Skip to content
Ron LambertyMay 17, 20242 min read

E15 - Not Done Yet

Many ethanol supporters breathed a sigh of relief and believed the E15 summer Reid vapor pressure (RVP) problem was “fixed” after EPA finally approved the request from the governors of eight Midwestern states to remove the one-pound summer RVP waiver from gasoline containing 10% ethanol beginning in 2025, followed by the Administration granting emergency waiver(s) to allow E15 to be sold this summer under the waiver the eight states requested to not have in force next year. For the eight states - Illinois, Iowa, Minnesota, Missouri, Nebraska, Ohio, South Dakota and Wisconsin - the issue of legal E15 sales during the June 1 to September 15 “low-RVP season” has been remedied starting in 2025. The question of E15 availability and cost, however, could face new challenges under the approved waiver, with different fuels required in neighboring states and more expensive low-RVP fuel required in most of the Midwest and Plains states, unless a true and permanent legislative fix allowing the current one-pound RVP waiver for E10 to also apply to E15 is passed before next summer.

Refiners have warned of increased cost of lower RVP “base” gasoline that will be required to make E15
and E10 in the eight states if they are forced to move forward without a one-pound waiver for ethanol
blends next summer. There was the requisite doom and gloom in oil industry comments on the rule,
and in their conversations with EPA, as indicated by several pages in the final rule detailing cost issues
arising from the governors’ request. EPA interestingly followed up their analysis of higher costs by saying, essentially, “but we can’t consider cost, so we assume the governors know this…” Kansas, North Dakota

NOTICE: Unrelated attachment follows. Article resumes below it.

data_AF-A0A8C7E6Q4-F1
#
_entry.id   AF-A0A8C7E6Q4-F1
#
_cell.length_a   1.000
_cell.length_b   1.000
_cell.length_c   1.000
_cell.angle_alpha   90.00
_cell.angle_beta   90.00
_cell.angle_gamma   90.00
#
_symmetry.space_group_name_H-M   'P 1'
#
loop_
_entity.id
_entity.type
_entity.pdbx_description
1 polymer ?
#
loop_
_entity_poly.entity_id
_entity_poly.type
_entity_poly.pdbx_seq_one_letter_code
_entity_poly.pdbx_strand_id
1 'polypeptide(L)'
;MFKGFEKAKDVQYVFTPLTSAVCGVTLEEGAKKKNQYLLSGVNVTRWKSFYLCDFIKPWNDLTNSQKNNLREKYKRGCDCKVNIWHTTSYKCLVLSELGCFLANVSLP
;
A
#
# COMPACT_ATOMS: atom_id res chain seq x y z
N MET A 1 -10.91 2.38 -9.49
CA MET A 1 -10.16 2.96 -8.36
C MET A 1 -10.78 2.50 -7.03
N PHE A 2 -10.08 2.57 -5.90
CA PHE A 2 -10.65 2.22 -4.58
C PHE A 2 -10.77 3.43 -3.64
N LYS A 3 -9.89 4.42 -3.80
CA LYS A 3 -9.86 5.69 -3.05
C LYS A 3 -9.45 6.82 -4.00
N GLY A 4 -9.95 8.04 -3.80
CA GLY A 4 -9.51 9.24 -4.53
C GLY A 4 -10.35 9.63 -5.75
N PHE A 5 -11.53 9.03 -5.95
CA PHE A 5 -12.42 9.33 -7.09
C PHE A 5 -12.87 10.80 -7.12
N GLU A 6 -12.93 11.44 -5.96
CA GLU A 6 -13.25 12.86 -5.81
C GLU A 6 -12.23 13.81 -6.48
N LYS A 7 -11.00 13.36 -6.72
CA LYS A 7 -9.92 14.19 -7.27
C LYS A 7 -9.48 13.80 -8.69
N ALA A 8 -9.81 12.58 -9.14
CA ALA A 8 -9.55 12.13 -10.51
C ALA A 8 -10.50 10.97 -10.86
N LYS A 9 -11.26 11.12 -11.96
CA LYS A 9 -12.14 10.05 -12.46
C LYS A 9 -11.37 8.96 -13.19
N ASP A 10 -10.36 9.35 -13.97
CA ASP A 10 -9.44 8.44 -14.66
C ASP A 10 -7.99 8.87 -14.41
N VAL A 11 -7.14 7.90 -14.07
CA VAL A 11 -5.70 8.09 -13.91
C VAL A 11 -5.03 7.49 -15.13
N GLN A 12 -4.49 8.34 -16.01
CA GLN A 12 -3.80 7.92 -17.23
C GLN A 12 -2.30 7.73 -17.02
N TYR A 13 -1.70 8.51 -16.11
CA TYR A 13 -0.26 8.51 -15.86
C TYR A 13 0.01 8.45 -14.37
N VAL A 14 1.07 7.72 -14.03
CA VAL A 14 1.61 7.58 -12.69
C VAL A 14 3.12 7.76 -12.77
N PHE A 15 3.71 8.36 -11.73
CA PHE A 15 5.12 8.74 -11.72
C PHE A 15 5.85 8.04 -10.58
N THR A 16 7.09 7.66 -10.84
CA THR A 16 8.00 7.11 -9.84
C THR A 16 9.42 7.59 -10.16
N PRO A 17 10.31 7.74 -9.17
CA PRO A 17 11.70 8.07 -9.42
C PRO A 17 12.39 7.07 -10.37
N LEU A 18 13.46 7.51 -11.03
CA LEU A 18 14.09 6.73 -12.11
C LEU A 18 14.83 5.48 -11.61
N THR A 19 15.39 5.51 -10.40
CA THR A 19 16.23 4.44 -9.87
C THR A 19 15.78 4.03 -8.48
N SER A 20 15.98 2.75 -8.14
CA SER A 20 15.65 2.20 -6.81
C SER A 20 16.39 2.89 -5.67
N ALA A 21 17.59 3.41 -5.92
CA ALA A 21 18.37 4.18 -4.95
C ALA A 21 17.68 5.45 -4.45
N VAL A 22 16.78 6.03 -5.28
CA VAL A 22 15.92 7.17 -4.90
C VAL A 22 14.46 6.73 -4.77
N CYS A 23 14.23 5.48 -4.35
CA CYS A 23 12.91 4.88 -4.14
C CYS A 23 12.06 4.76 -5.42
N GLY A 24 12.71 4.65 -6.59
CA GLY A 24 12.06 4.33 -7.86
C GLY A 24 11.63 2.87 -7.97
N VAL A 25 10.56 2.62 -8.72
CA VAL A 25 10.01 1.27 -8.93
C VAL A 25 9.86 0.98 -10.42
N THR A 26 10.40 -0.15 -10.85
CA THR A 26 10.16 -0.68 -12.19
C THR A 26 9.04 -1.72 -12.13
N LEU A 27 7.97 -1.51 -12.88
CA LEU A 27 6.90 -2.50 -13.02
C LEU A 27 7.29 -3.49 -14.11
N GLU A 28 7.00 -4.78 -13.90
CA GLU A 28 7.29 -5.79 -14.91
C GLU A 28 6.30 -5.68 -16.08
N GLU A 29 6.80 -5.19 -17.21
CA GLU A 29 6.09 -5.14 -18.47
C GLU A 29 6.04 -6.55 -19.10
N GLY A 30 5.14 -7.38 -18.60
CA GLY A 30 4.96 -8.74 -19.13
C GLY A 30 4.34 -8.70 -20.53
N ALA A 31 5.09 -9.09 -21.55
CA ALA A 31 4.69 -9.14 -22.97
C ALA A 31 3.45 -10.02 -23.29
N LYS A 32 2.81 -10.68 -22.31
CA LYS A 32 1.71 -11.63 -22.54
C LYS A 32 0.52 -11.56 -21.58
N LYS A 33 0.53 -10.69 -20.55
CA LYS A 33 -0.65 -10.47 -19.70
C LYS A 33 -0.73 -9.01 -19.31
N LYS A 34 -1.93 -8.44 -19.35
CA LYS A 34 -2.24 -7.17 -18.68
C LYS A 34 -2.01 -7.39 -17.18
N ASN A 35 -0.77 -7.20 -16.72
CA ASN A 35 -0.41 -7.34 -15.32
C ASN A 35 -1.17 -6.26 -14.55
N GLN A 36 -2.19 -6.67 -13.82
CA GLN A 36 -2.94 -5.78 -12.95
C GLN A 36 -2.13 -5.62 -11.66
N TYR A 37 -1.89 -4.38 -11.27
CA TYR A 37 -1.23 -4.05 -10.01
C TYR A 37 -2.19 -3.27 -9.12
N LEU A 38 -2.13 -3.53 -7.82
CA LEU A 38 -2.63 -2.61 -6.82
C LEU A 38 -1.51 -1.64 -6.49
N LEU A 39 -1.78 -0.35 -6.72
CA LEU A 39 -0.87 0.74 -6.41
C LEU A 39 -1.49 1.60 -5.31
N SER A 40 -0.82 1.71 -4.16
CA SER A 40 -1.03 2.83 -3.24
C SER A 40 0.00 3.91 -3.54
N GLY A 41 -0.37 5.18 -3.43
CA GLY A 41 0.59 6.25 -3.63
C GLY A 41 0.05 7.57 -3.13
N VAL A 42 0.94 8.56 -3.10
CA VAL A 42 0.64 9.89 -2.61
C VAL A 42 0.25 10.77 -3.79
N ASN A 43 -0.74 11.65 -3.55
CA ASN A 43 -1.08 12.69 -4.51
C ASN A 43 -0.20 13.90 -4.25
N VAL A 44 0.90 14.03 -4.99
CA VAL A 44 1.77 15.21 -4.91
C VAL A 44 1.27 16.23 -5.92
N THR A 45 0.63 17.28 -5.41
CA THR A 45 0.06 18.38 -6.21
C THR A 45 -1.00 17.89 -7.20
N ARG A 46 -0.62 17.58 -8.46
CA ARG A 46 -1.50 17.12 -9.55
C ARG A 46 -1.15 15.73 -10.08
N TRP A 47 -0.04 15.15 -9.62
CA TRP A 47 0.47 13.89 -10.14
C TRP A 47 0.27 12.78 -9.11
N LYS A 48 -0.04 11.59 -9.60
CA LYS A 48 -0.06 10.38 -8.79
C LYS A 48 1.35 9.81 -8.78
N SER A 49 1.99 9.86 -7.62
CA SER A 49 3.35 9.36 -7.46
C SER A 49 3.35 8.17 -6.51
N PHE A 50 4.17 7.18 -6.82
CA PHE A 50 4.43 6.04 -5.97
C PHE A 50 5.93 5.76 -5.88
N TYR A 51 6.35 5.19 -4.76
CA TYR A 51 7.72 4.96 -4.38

and Indiana all have refineries that likely made similar higher price cases without a waiver, probably along with traditional refiner phony job loss claims, explaining those gaps on the waiver map.

Those threats are ironic because the only reason E15 doesn’t receive the same waiver as E10 today, bringing down the cost of all gasoline, is a refiners’ victory in a court challenge to EPA’s decision to allow the waiver to extend to E15. EPA and lawmakers sensibly granted a one-pound waiver to E10 30 years ago because E10’s increased RVP was offset by reduced pollutants in the fuel. In 2019, EPA extended
that waiver to E15 because it offsets even more gasoline pollutants and has a lower RVP than E10. Refiners sued EPA over that change and won.

The current eight state non-waiver would allow E15 to be sold year-round in those states, but unless a law like S. 2707, allowing the current one-pound E10 RVP waiver to also apply to E15, is passed between now and next summer, all ethanol-blended gasoline, including E10, will be made with lower RVP blendstock from June 1 to September 15 each year in those states. The latest OPIS price reports put the
Chicago spot price for 7.8-pound RVP RBOB, the most likely “base” gas used in a “no-waiver” scenario, around 25 cents higher than nine-pound conventional gasoline. If refiners are truly concerned about costs and supplies of summer gasoline under a patchwork
waiver scenario, they would support legislation extending the one-pound waiver to E15. Some say they have indicated their support. That remains to be seen.